With many dependency injection frameworks, your XML mapping files can quickly grow large and difficult to navigate. With Ninject, your type bindings are collected into groups called modules. Each of these modules represents an independent segment of your application. They can be organized however you like. Modules just need to implement the IModule interface, but most should extend the StandardModule class for simplicity. Here's an example:

C#:
class WarriorModule : StandardModule {
  public override Load() {
    Bind<IWeapon>().To<Sword>();
    Bind<Samurai>().ToSelf();
  }
}

VB.NET:
Public Class WarriorModule
  Inherits StandardModule

  Public Overrides Sub Load()
      Bind(Of IWeapon).To(Of Sword)()
      Bind(Of Samurai).ToSelf()
  End Sub
End Class

Once you create modules, you load them into a container called the kernel. As the name suggests, the kernel is the core of your application. To request an instance of a type from Ninject, you call the kernel's Get() method.

This example illustrates how to create a kernel, and activate and use an instance of the Samurai type:

C#:
class Program {
  public static void Main() {
    IKernel kernel = new StandardKernel(new WarriorModule());
    Samurai warrior = kernel.Get<Samurai>();
    warrior.Attack("the evildoers");
  }
}

VB.NET:
Module Module1
  Sub Main()
    Dim kernel As IKernel = New StandardKernel(New WarriorModule())
    Dim warrior As Samurai = kernel.Get(Of Samurai)()
    warrior.Attack("evil doers")
  End Sub
End Module

After Ninject works its magic, the result of the call to Get() is a Samurai armed with a Sword. Therefore, the call to the Samurai's Attack() method results in the same output that we saw earlier: Chopped the evildoers clean in half. More information about the full process Ninject follows when Get() is called is described in The Activation Process.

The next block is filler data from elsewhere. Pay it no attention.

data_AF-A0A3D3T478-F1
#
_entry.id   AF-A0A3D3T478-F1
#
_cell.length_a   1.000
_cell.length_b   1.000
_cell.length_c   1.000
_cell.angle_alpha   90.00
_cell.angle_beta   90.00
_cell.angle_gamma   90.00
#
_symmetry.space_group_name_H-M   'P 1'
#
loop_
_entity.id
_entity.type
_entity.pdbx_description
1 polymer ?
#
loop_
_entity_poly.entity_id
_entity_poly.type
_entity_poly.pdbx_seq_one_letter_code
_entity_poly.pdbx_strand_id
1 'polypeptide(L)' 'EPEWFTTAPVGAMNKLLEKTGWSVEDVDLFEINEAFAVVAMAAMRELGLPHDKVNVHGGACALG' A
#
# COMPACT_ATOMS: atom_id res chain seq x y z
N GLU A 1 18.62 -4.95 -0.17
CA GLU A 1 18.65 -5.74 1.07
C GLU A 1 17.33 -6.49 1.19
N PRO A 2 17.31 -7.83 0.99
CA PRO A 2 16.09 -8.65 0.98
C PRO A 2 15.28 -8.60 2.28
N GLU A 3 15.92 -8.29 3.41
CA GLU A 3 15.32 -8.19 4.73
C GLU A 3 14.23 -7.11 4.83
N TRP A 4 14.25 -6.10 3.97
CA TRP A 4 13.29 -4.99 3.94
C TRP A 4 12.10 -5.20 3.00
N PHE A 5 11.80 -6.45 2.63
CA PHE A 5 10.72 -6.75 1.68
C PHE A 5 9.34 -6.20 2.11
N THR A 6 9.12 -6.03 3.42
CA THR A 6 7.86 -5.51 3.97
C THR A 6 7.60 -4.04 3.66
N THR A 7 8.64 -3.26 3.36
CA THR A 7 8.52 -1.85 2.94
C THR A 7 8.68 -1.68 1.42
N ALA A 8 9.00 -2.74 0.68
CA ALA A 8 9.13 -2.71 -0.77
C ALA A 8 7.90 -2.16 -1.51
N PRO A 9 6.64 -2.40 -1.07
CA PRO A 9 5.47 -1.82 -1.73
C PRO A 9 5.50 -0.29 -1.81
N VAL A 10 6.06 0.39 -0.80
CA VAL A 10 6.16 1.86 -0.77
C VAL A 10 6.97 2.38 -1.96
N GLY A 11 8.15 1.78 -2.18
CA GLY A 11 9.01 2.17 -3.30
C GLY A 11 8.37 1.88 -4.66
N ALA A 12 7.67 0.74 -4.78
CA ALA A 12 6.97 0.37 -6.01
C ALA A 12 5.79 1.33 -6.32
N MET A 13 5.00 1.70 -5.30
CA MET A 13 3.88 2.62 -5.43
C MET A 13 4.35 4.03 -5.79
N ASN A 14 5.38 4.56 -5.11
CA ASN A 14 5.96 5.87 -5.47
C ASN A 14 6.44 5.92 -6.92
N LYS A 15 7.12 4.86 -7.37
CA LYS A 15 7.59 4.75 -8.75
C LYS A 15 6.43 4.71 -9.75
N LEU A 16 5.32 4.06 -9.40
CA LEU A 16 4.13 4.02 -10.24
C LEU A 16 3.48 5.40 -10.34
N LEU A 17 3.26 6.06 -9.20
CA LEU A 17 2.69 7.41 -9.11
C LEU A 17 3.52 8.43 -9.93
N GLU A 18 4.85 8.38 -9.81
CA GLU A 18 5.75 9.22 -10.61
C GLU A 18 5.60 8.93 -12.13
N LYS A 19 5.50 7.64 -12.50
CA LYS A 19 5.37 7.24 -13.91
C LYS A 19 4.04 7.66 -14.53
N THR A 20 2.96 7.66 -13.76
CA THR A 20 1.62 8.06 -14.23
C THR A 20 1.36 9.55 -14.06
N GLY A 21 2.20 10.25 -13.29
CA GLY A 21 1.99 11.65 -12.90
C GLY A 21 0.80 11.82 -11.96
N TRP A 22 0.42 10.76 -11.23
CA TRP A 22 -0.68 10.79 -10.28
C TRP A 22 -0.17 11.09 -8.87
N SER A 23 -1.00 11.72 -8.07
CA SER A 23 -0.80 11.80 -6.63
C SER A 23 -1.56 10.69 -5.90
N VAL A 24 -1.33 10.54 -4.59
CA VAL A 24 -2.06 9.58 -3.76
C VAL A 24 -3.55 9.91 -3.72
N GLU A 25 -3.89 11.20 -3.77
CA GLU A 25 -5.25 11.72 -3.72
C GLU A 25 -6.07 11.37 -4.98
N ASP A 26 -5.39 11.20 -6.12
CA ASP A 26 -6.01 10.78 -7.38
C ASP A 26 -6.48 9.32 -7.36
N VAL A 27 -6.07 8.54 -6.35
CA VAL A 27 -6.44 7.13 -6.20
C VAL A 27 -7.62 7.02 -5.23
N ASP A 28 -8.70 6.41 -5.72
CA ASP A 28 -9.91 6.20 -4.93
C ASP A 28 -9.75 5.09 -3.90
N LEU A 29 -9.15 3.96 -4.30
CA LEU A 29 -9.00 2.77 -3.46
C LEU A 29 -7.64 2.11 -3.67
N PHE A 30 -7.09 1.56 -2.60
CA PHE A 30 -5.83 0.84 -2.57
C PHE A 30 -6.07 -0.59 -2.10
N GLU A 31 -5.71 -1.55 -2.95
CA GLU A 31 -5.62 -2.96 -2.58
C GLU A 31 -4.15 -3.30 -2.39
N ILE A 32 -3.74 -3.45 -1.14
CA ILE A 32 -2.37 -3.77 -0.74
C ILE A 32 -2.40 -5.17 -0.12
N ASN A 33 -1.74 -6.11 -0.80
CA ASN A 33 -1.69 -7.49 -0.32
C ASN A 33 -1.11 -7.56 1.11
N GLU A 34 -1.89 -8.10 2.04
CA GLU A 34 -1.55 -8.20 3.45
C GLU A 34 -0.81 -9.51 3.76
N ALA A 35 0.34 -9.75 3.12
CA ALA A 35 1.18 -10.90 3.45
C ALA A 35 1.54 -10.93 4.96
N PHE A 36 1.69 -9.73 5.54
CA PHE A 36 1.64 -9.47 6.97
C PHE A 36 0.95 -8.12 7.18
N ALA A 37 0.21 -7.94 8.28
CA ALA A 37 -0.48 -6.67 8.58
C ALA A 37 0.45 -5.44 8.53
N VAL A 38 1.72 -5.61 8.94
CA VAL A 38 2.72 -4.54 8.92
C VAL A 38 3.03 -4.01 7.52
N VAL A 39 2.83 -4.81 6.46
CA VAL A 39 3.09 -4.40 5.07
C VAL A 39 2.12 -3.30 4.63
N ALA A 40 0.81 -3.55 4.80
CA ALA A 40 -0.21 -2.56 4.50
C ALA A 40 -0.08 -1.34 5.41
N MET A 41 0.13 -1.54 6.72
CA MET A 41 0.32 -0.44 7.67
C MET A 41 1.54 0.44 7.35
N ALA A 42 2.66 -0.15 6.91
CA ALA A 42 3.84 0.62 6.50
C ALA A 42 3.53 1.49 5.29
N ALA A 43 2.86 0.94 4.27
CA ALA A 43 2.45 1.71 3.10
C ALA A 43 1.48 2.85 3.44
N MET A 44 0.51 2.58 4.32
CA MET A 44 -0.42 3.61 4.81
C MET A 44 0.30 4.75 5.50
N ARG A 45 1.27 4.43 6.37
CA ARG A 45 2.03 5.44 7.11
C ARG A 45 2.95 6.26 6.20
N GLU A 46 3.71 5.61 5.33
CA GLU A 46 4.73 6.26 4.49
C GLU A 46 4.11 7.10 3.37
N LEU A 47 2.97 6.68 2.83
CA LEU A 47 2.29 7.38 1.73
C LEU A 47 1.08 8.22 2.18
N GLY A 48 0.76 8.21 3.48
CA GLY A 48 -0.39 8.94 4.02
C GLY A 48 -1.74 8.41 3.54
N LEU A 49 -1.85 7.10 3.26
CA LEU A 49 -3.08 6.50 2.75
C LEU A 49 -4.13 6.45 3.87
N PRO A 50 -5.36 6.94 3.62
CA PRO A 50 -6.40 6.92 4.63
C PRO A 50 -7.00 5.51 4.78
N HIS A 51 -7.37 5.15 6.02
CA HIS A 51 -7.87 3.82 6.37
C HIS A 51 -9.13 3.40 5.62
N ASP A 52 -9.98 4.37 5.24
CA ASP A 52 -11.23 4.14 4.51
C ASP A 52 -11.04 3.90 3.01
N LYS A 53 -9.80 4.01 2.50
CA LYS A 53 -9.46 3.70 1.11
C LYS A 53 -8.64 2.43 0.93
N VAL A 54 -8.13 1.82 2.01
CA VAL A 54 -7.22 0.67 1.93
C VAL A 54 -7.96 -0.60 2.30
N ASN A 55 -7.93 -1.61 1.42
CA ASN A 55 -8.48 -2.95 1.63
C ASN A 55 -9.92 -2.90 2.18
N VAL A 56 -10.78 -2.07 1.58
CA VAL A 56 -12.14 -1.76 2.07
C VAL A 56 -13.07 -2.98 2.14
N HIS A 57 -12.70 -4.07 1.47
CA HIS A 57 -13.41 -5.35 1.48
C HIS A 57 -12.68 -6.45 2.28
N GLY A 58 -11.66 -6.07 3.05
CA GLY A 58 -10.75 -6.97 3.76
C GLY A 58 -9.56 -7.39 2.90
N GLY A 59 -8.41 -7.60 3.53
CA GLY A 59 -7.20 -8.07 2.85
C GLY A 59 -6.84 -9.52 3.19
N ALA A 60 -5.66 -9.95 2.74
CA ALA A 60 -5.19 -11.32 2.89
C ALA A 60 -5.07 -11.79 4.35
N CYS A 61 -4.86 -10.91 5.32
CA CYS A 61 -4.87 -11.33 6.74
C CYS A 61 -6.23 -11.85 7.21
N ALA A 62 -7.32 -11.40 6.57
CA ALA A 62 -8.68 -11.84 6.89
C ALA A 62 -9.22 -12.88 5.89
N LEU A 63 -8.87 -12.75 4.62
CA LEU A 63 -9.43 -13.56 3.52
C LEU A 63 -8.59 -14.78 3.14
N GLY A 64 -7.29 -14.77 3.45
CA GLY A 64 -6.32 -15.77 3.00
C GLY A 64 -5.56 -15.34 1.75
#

You can create as many modules as you'd like, and pass them all to the kernel's constructor:

C#:
class Module1 {
  public void Load() { ... }
}

class Module2 {
  public void Load() { ... }
}

class Program {
  public static void Main() {
    IKernel kernel = new StandardKernel(new Module1(), new Module2(), ...);
    ...
  }
}

VB.NET:
Public Class Module1
   Public Sub Load()
      ... 
   End Sub 
 End Class 
 Public Class Module2
   Public Sub Load()
      ...
   End Sub
 End Class
Module Program1
  Sub Main()
    Dim kernel As IKernel = new StandardKernel(New Module1(), New Module2(), ...) 
  End Sub 
End Module 

Also, keep in mind that modules are executed just like any other code in your application. Nothing says they're limited to a boring, static collection of bindings. You can always do more creative things like this:

C#:
class WeaponsModule {
  private readonly bool _useMeleeWeapons;

  public WeaponsModule(bool useMeleeWeapons) {
    _useMeleeWeapons = useMeleeWeapons;
  }

  public void Load() {
    if (useMeleeWeapons)
      Bind<IWeapon>().To<Sword>();
    else
      Bind<IWeapon>().To<Shuriken>();
  }
}

class Program {
  public static void Main() {
    bool useMeleeWeapons = false;
    IKernel kernel = new StandardKernel(new WeaponsModule(useMeleeWeapons));
    Samurai warrior = kernel.Get<Samurai>();
    warrior.Attack("the evildoers");
  }
}

VB.NET:
Public Class WeaponsModule
  Inherits StandardModule
  Private ReadOnly _useMeleeWeapons As Boolean
  Public Sub New(ByVal useMeleeWeapons As Boolean)
    _useMeleeWeapons = useMeleeWeapons
  End Sub
  Public Overrides Sub Load()
    If (_useMeleeWeapons) Then
      Bind(Of IWeapon).To(Of Sword)()
    Else
      Bind(Of IWeapon).To(Of Sword)()
    End If
  End Sub
End Class

Module Module2
  Dim useMeleeWeapons As Boolean = False
  Dim kernel As IKernel = New StandardKernel(New WeaponsModule(useMeleeWeapons))
  Dim warrior As Samurai = kernel.Get(Of Samurai)()
  warrior.Attack("the evildoers")
End Module

This will result in our Samurai being armed with a Shuriken, causing the output Pierced the evildoers armor. If you set the useMeleeWeapons flag to true, the binding would be from IWeapon to Sword, resulting in the output Chopped the evildoers clean in half. Many more advanced scenarios are possible, including reading configuration files, command-line arguments, and the like. And we still haven't even talked about contextual bindings! :)

Continue reading: Providers and the Activation Context

Last edited Sep 13, 2009 at 2:28 AM by nkohari, version 1

Comments

Zapbbx Jan 22 at 2:59 AM 
Bind<SomeInterface>().To<SomeConcreteTypeThatImplementsIt>();

loopdebugger Jan 24, 2013 at 5:09 PM 
Bind<IWeapon>().To<Sword>();
I need "Bind" example please